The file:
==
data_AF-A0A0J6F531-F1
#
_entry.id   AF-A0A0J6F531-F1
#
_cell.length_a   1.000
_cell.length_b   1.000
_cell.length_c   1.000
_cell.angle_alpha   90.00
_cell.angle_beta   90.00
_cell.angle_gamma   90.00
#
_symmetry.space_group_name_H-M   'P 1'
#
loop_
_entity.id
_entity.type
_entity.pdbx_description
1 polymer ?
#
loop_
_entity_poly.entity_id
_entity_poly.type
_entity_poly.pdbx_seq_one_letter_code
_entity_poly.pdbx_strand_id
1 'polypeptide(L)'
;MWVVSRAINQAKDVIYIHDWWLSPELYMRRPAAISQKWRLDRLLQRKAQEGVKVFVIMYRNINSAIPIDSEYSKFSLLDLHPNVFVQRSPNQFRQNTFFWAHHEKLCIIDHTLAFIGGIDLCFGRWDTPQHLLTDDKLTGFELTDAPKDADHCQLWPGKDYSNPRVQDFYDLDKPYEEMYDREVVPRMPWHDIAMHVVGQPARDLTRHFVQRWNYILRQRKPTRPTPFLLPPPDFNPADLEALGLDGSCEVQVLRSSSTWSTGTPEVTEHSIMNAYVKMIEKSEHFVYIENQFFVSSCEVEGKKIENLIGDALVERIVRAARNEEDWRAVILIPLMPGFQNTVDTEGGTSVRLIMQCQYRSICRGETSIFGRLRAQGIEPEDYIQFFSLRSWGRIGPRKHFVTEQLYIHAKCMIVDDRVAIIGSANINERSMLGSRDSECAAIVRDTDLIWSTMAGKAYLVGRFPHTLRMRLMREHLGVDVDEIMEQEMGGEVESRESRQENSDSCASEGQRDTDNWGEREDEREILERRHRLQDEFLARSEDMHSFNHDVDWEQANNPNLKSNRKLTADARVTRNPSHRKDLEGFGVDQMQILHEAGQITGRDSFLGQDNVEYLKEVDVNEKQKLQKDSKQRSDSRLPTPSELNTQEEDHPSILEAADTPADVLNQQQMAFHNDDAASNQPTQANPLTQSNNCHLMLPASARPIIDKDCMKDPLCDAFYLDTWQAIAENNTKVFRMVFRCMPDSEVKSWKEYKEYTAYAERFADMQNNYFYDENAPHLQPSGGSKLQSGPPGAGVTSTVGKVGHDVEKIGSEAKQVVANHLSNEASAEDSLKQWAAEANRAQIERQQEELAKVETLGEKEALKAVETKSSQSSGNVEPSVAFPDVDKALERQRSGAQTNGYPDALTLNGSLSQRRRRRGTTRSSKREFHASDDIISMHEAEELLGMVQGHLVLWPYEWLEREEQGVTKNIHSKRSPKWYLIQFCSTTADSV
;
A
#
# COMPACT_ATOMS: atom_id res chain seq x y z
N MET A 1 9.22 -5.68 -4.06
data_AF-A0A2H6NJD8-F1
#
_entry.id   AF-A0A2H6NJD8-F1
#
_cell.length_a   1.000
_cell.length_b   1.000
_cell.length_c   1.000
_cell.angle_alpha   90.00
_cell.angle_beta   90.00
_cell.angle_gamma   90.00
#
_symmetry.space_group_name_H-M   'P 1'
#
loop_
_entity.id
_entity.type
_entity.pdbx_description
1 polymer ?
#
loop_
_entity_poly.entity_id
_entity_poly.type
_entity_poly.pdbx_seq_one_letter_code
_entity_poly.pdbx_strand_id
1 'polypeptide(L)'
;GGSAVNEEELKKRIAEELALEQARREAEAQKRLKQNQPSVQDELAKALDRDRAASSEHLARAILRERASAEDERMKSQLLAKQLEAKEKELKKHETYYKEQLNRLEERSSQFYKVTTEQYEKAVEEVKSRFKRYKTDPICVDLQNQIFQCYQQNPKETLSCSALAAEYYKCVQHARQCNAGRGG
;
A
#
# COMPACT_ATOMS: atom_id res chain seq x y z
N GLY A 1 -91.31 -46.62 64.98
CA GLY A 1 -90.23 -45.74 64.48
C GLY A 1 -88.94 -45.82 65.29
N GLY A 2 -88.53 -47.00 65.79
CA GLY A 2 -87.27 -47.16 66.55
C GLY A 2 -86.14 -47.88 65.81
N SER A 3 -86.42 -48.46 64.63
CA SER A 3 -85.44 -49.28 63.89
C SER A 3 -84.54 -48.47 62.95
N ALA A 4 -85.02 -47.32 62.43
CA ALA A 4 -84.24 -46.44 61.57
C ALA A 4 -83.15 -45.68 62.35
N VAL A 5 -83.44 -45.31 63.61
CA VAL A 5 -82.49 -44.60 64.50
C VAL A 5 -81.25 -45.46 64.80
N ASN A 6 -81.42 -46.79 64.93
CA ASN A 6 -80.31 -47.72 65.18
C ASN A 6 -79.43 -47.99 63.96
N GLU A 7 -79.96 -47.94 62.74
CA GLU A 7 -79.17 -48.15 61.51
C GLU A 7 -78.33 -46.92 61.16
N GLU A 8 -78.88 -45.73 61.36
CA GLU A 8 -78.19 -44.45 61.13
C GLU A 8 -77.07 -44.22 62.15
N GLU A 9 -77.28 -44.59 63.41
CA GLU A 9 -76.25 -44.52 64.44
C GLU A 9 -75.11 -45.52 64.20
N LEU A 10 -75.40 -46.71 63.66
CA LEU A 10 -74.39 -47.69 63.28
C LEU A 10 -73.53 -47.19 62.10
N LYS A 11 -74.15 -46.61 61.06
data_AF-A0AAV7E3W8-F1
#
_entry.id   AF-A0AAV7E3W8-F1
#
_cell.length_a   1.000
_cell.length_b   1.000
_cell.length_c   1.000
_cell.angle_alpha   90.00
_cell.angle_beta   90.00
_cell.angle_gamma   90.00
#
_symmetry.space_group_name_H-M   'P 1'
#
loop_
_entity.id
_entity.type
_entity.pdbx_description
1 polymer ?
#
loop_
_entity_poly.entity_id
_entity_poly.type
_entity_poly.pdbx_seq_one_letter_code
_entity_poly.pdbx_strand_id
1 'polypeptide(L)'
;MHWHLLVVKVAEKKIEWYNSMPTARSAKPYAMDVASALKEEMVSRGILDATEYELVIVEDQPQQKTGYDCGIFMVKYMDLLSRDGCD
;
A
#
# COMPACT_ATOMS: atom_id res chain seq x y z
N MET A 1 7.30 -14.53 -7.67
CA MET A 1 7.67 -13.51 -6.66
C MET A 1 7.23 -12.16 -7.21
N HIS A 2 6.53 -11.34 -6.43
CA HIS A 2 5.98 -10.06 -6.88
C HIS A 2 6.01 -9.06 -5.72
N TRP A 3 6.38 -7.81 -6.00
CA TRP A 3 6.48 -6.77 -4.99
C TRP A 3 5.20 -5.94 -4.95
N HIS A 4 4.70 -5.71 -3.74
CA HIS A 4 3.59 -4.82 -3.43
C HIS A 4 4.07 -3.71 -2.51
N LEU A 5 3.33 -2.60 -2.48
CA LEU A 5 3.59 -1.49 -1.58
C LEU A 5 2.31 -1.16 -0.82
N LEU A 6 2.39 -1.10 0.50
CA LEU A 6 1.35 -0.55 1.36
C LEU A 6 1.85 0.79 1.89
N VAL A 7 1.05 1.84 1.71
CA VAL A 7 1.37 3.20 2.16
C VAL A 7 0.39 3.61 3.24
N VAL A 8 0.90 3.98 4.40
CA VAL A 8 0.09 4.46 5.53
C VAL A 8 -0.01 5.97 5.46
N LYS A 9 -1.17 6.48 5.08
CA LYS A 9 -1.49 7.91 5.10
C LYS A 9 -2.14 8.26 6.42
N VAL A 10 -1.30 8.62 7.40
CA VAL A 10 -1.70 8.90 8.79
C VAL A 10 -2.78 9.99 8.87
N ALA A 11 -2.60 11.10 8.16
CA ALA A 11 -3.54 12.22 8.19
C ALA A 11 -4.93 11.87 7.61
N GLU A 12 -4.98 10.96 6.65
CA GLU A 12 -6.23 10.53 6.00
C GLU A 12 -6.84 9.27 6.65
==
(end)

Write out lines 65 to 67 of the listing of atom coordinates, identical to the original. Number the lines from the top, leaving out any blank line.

N GLY A 2 -88.53 -47.00 65.79
CA GLY A 2 -87.27 -47.16 66.55
C GLY A 2 -86.14 -47.88 65.81